The paper considers the problem of illuminant estimation: how, given an image of a scene, recorded under an unknown light, we can recover an estimate of that light. Obtaining such an estimate is a central part of solving the color constancy problem. Thus, the work presented will have applications in fields such as color-based object recognition and digital photography. Rather than attempting to recover a single estimate of the illuminant, we instead set out to recover a measure of the likelihood that each of a set of possible illuminants was the scene illuminant. We begin by determining which image colors can occur (and how these colors are distributed) under each of a set of possible lights. We discuss how, for a given camera, we can obtain this knowledge. We then correlate this information with the colors in a particular image to obtain a measure of the likelihood that each of the possible lights was the scene illuminant. Finally, we use this likelihood information to choose a single light as an estimate of the scene illuminant. Computation is expressed and performed in a generic correlation framework which we develop. We propose a new probabilistic instantiation of this correlation framework and show that it delivers very good color constancy on both synthetic and real images. We further show that the proposed framework is rich enough to allow many existing algorithms to be expressed within it: the gray-world and gamut-mapping algorithms are presented in this framework and we also explore the relationship of these algorithms to other probabilistic and neural network approaches to color constancy.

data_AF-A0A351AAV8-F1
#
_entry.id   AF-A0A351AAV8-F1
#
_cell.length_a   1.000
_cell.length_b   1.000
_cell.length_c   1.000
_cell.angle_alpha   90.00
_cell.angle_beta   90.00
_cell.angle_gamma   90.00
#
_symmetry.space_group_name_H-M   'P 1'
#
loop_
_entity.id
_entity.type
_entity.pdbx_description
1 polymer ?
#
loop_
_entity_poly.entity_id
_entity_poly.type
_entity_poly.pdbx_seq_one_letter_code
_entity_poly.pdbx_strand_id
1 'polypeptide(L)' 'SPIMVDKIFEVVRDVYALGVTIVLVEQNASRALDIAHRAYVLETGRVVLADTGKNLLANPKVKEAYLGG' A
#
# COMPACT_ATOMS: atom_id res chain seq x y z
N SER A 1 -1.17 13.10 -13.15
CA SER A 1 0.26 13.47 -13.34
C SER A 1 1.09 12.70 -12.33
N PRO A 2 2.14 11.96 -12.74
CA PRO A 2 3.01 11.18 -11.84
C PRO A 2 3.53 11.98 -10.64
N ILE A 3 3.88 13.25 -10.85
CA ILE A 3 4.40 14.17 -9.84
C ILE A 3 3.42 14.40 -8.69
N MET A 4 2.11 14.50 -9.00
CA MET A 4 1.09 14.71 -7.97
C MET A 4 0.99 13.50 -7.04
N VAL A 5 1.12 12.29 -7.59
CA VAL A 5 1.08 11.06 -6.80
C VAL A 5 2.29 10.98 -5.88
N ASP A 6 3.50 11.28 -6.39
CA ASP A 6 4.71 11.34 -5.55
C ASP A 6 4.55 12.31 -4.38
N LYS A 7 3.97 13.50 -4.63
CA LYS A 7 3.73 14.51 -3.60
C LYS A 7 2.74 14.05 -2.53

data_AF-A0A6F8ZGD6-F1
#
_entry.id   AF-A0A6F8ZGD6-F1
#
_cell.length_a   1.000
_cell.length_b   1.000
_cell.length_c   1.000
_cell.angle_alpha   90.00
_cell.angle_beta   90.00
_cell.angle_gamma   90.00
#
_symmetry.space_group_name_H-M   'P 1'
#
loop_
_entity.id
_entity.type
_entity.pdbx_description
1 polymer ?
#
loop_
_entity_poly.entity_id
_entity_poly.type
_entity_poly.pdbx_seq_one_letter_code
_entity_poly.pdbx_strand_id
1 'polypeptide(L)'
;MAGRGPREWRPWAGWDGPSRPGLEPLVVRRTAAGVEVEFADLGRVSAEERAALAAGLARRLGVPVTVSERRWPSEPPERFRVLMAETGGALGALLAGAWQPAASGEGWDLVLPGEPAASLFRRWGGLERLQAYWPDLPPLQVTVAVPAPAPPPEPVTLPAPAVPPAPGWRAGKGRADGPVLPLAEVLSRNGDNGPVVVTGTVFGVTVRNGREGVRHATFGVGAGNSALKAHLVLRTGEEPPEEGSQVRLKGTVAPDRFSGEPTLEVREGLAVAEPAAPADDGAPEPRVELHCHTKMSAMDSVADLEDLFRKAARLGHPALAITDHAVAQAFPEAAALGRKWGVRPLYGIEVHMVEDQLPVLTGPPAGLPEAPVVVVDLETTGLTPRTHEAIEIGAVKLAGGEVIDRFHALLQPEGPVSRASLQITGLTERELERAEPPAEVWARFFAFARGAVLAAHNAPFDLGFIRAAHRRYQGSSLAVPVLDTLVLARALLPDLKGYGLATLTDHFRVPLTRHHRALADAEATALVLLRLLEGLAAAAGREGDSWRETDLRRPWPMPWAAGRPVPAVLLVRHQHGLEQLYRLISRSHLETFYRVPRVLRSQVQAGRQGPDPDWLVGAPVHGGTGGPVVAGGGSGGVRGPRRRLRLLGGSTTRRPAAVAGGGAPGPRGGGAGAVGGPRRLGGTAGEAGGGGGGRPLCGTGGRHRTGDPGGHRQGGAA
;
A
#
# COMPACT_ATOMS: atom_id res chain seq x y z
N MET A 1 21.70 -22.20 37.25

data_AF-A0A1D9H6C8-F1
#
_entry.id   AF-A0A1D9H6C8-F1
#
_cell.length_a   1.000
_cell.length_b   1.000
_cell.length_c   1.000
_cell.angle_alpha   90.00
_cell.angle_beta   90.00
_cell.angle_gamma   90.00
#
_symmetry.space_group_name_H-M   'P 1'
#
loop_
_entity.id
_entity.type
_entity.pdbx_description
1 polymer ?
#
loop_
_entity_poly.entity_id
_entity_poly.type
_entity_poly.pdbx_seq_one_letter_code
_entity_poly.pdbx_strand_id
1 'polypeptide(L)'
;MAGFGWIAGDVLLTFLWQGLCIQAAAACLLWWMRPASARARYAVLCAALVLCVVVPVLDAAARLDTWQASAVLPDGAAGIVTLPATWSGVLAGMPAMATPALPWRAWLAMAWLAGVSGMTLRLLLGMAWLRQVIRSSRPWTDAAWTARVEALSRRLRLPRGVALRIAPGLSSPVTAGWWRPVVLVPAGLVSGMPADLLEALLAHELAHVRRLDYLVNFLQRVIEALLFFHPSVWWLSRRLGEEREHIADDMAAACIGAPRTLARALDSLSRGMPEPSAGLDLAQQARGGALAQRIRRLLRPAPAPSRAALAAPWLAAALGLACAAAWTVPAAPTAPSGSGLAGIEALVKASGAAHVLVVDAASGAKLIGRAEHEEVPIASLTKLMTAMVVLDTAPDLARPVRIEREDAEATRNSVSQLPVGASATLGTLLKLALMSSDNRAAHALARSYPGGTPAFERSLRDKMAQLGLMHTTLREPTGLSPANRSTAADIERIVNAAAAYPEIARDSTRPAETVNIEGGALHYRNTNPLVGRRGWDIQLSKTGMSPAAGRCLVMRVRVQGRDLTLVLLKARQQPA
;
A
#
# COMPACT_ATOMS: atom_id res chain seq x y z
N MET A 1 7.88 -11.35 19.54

|Number of pages||13|
|Journal||IEEE Transactions on Pattern Analysis and Machine Intelligence|
|Publication status||Published - 2001|